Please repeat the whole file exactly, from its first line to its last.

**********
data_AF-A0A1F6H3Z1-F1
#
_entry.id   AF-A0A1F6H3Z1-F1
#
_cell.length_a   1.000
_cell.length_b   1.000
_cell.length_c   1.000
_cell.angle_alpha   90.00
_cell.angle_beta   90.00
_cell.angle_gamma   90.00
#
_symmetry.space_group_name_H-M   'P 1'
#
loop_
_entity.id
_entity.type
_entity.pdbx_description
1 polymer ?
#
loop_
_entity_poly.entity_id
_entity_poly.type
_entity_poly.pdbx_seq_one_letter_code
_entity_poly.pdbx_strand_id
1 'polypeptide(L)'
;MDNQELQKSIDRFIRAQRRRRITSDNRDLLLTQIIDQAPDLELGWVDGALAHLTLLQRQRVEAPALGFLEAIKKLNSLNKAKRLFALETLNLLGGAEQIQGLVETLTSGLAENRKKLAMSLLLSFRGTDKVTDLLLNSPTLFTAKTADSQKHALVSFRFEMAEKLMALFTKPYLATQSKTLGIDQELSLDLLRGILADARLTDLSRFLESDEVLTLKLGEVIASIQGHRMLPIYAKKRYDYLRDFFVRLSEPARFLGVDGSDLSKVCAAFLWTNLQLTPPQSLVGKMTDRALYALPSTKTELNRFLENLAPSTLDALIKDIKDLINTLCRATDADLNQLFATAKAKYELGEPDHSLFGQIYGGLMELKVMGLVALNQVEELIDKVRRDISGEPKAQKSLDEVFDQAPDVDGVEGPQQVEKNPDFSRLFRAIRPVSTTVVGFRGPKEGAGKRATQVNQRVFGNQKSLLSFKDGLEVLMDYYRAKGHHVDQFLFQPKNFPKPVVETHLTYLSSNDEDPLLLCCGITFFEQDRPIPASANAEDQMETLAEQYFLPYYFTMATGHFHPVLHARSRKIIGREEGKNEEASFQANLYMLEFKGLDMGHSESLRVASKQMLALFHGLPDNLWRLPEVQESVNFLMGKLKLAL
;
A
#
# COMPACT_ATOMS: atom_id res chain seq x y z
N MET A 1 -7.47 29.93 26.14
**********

data_AF-A0A1F6H3Z1-F1
#
_entry.id   AF-A0A1F6H3Z1-F1
#
_cell.length_a   1.000
_cell.length_b   1.000
_cell.length_c   1.000
_cell.angle_alpha   90.00
_cell.angle_beta   90.00
_cell.angle_gamma   90.00
#
_symmetry.space_group_name_H-M   'P 1'
#
loop_
_entity.id
_entity.type
_entity.pdbx_description
1 polymer ?
#
loop_
_entity_poly.entity_id
_entity_poly.type
_entity_poly.pdbx_seq_one_letter_code
_entity_poly.pdbx_strand_id
1 'polypeptide(L)'
;MDNQELQKSIDRFIRAQRRRRITSDNRDLLLTQIIDQAPDLELGWVDGALAHLTLLQRQRVEAPALGFLEAIKKLNSLNKAKRLFALETLNLLGGAEQIQGLVETLTSGLAENRKKLAMSLLLSFRGTDKVTDLLLNSPTLFTAKTADSQKHALVSFRFEMAEKLMALFTKPYLATQSKTLGIDQELSLDLLRGILADARLTDLSRFLESDEVLTLKLGEVIASIQGHRMLPIYAKKRYDYLRDFFVRLSEPARFLGVDGSDLSKVCAAFLWTNLQLTPPQSLVGKMTDRALYALPSTKTELNRFLENLAPSTLDALIKDIKDLINTLCRATDADLNQLFATAKAKYELGEPDHSLFGQIYGGLMELKVMGLVALNQVEELIDKVRRDISGEPKAQKSLDEVFDQAPDVDGVEGPQQVEKNPDFSRLFRAIRPVSTTVVGFRGPKEGAGKRATQVNQRVFGNQKSLLSFKDGLEVLMDYYRAKGHHVDQFLFQPKNFPKPVVETHLTYLSSNDEDPLLLCCGITFFEQDRPIPASANAEDQMETLAEQYFLPYYFTMATGHFHPVLHARSRKIIGREEGKNEEASFQANLYMLEFKGLDMGHSESLRVASKQMLALFHGLPDNLWRLPEVQESVNFLMGKLKLAL
;
A
#
# COMPACT_ATOMS: atom_id res chain seq x y z
N MET A 1 -7.47 29.93 26.14